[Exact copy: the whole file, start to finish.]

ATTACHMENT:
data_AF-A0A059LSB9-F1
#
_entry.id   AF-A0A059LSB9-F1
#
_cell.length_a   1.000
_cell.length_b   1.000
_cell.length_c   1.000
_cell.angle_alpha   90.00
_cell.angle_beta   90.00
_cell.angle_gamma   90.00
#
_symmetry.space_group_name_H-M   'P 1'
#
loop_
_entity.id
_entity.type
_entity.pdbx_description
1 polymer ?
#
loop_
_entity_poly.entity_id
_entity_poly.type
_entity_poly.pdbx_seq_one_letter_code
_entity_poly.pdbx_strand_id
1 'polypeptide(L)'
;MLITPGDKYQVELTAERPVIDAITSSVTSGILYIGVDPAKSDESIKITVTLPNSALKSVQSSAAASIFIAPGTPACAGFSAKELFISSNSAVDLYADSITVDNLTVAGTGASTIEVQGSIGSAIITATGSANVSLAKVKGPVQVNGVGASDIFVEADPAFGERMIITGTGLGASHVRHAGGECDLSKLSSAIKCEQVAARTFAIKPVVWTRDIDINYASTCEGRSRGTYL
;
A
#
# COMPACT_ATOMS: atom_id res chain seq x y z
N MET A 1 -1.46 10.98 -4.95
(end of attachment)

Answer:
data_AF-A0A059LSB9-F1
#
_entry.id   AF-A0A059LSB9-F1
#
_cell.length_a   1.000
_cell.length_b   1.000
_cell.length_c   1.000
_cell.angle_alpha   90.00
_cell.angle_beta   90.00
_cell.angle_gamma   90.00
#
_symmetry.space_group_name_H-M   'P 1'
#
loop_
_entity.id
_entity.type
_entity.pdbx_description
1 polymer ?
#
loop_
_entity_poly.entity_id
_entity_poly.type
_entity_poly.pdbx_seq_one_letter_code
_entity_poly.pdbx_strand_id
1 'polypeptide(L)'
;MLITPGDKYQVELTAERPVIDAITSSVTSGILYIGVDPAKSDESIKITVTLPNSALKSVQSSAAASIFIAPGTPACAGFSAKELFISSNSAVDLYADSITVDNLTVAGTGASTIEVQGSIGSAIITATGSANVSLAKVKGPVQVNGVGASDIFVEADPAFGERMIITGTGLGASHVRHAGGECDLSKLSSAIKCEQVAARTFAIKPVVWTRDIDINYASTCEGRSRGTYL
;
A
#
# COMPACT_ATOMS: atom_id res chain seq x y z
N MET A 1 -1.46 10.98 -4.95